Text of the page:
For many years, the New Hampshire Department of Transportation policy has been that it will not maintain a sidewalk in any area under its responsibility other than a sidewalk on a bridge. In areas where new state highways are created or existing highways are altered, the department will not construct a sidewalk within its right of way unless the municipality commits in writing to assume all ongoing maintenance of the sidewalk. In such areas, the state department retains all control over design, location, and specifications of the sidewalk, even though it will not maintain the area once opened to the public.

Maintenance
The local public works department or the local road agent maintains public sidewalk facilities once installed and accepted as part of the adjacent highway. If the design includes a vegetated strip between the sidewalk and the traveled way, there will be concerns about vegetation control. The maintenance task may range from mowing of grassed areas to control of shrubs and trees to maintain the width and walkway and prevent the growing vegetation from interfering with the movement of people and vehicles, or interfering with overhead or underground utility installations. Vegetation maintenance is also a safety issue if the plantings begin to restrict the ability of motorists to see at an intersection, or if the plantings obscure traffic control signs or signals, or if dead or diseased portions of trees pose a hazard to motorists, pedestrians, or adjacent utilities.

The surface of the sidewalk facility requires ongoing maintenance in order to deal with cracks or deterioration of pavement materials, the influence of tree roots, or failures in drainage. Every winter and throughout the season, the sidewalk must be cleared of accumulated snow and ice. This involves more than just storm events, since the freeze/thaw cycle results in new ice formation from adjacent snow banks at unpredictable intervals. Plows used for the highway cannot be used on walkways, thus necessitating the purchase and use of specialized equipment and the dedication of sufficient operator time. The deicing salts used in the roadway may do significant damage to vegetation adjacent to the walkway, and thus different deicing strategies may be needed. Ongoing maintenance is a significant financial and operational responsibility, and in a time of reduced resources, the public works department may conclude that it does not need or desire more sidewalks to be added to its long list of responsibilities.

Entering into such an agreement is not something that should be undertaken lightly. Maintenance responsibilities are imposed by state statute. See RSA 231:3 for municipal highways and RSA 230:3 for state highways. Under New Hampshire law, sidewalks are expressly made a part of the highway, and maintenance responsibilities apply to the sidewalk. See Gossler v. Miller, 107 N.H. 303 (1966) and Hall v. Manchester, 40 N.H.410 (1860). Thus, when a municipality voluntarily assumes a duty to maintain an area which it has no duty to maintain under statute, there is a shifting of risk, responsibility, and potential liability from the state to the municipality, which could at some point result in a significant expenditure of local taxpayer funds. Under these agreements, the state department does not relinquish ownership or control of its right of way and could thereafter take actions that make it more or less difficult to maintain the sidewalk area, even if the municipality objected to the action. This could include changes in speed limits, changes in drainage structures or patterns, additions of signs, or additions of utility poles or other obstructions in the sidewalk area. There is no statute describing the duties of the state as to sidewalks on state highways, including the state highway version of the “insufficiency law.” See RSA 230:78 – :82. In fact, the state is not liable for injuries occurring in the municipally-maintained areas of Class II state highways. See RSA 230:82.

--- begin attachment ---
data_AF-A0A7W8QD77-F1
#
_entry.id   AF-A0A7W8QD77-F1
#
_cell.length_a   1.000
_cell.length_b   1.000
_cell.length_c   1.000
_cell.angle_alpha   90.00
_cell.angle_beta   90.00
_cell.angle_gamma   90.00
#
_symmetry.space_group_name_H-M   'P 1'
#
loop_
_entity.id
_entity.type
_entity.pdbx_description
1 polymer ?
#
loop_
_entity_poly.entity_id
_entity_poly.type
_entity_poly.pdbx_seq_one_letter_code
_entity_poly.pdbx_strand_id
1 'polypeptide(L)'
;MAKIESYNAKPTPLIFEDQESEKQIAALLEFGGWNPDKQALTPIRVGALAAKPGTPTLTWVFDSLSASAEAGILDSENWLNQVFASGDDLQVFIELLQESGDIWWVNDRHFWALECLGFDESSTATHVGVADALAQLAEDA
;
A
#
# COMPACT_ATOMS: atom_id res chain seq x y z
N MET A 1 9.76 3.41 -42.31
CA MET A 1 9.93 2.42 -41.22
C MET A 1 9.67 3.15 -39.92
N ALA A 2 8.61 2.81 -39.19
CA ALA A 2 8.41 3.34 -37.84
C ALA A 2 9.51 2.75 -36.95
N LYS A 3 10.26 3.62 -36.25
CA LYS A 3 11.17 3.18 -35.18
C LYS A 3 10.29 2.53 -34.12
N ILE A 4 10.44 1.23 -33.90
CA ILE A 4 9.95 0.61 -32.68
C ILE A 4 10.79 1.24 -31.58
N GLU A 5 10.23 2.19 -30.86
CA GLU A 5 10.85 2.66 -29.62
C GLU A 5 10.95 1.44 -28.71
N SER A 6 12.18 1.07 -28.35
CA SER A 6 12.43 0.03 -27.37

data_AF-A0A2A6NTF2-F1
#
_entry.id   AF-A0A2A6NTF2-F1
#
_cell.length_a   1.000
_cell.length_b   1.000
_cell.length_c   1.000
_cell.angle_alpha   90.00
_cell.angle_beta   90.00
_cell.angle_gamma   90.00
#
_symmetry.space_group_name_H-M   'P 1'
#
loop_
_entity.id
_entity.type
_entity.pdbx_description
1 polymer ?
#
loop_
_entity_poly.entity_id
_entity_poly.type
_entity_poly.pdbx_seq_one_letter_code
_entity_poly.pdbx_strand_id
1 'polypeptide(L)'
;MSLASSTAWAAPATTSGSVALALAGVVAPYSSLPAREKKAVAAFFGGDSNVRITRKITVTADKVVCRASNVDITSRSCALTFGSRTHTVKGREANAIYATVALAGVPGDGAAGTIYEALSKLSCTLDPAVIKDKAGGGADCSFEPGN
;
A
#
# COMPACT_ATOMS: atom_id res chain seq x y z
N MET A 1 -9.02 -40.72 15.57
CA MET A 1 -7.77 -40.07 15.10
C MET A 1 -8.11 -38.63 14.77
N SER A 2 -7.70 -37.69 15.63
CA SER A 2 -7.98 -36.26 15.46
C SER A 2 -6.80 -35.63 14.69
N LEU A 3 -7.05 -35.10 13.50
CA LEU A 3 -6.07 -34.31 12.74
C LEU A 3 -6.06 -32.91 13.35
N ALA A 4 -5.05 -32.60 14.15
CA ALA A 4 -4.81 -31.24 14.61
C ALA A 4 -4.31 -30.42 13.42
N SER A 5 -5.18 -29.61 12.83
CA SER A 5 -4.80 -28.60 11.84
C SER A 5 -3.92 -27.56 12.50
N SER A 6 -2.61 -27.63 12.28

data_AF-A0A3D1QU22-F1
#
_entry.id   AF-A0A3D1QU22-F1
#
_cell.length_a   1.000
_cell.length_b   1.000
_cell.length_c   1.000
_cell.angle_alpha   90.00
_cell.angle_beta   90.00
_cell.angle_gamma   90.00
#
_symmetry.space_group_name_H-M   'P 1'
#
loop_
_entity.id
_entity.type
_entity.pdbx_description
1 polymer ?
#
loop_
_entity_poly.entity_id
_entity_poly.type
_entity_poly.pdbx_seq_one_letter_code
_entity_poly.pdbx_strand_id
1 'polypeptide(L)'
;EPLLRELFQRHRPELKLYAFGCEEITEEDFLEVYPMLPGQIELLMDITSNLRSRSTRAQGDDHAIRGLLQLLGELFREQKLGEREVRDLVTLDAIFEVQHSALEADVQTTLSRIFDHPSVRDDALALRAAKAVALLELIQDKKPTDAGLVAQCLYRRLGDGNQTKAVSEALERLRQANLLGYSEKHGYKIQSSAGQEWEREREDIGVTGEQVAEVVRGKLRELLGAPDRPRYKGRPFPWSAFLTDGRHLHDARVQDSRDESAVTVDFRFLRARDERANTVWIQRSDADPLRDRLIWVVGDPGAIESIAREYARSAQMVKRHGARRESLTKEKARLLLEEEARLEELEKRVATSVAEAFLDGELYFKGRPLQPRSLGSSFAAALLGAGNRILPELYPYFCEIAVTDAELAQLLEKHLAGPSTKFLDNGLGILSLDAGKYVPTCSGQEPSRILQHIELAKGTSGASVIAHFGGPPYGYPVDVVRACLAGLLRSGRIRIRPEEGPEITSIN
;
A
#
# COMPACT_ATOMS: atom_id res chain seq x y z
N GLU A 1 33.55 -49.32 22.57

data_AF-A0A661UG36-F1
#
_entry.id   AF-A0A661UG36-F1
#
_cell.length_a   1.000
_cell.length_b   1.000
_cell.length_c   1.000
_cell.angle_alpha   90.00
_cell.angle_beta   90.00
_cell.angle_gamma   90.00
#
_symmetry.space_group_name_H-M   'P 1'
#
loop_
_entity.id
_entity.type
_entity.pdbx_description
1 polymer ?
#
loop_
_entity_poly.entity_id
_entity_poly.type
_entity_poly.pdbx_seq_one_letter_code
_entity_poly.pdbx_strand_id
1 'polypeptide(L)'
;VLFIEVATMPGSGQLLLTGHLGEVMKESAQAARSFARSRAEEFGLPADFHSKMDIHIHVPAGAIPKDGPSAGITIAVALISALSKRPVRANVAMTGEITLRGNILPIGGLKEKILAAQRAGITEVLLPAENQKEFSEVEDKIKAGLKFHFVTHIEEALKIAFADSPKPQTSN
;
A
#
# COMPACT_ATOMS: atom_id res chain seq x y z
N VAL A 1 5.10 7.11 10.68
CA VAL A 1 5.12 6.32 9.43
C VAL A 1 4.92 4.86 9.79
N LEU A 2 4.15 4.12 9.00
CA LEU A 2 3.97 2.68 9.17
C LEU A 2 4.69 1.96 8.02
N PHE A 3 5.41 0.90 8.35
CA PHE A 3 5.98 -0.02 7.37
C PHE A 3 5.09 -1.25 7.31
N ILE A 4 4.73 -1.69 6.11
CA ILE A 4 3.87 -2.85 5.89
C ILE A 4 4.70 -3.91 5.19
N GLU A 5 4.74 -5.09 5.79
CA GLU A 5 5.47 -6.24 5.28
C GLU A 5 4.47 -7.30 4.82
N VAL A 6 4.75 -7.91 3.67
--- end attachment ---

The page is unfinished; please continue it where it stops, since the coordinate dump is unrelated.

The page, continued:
There is no statute that compels a municipality to construct a sidewalk or make special provisions for the safe movement of pedestrians. In the cities, abutting landowners may be assessed up to half the cost of constructing a sidewalk. See RSA 231:111 – :112. However, once constructed, abutting landowners cannot be held responsible for the maintenance of sidewalks, either financially or by requiring the abutter to work on the sidewalk. See RSA 231:113 and State v. Jackman, 69 N.H. 318 (1898). This prevents municipalities from enacting an ordinance requiring abutters to remove snow from sidewalks at their own expense during the winter months. Municipalities are protected from liability under the “insufficiency law,” RSA 231:90 – :92-a, for injuries arising out of defects in the sidewalk, and for injuries occurring during weather related hazards, in accordance with the procedures set forth in those statutes. Municipalities are not liable for injuries occurring in state maintained portions of state highways.

Access for the Disabled
Finally, public sidewalks are part of the local program of services available to everyone, and if they are provided, the federal Americans with Disabilities Act (the ADA) requires that they be made accessible to the disabled as well. The particular provision in question provides that “no qualified individual with a disability shall, by reason of such disability, be excluded from participation in or be denied the benefits of the services, programs, or activities of a public entity, or be subjected to discrimination by any such entity.” 42 U.S.C. § 12132.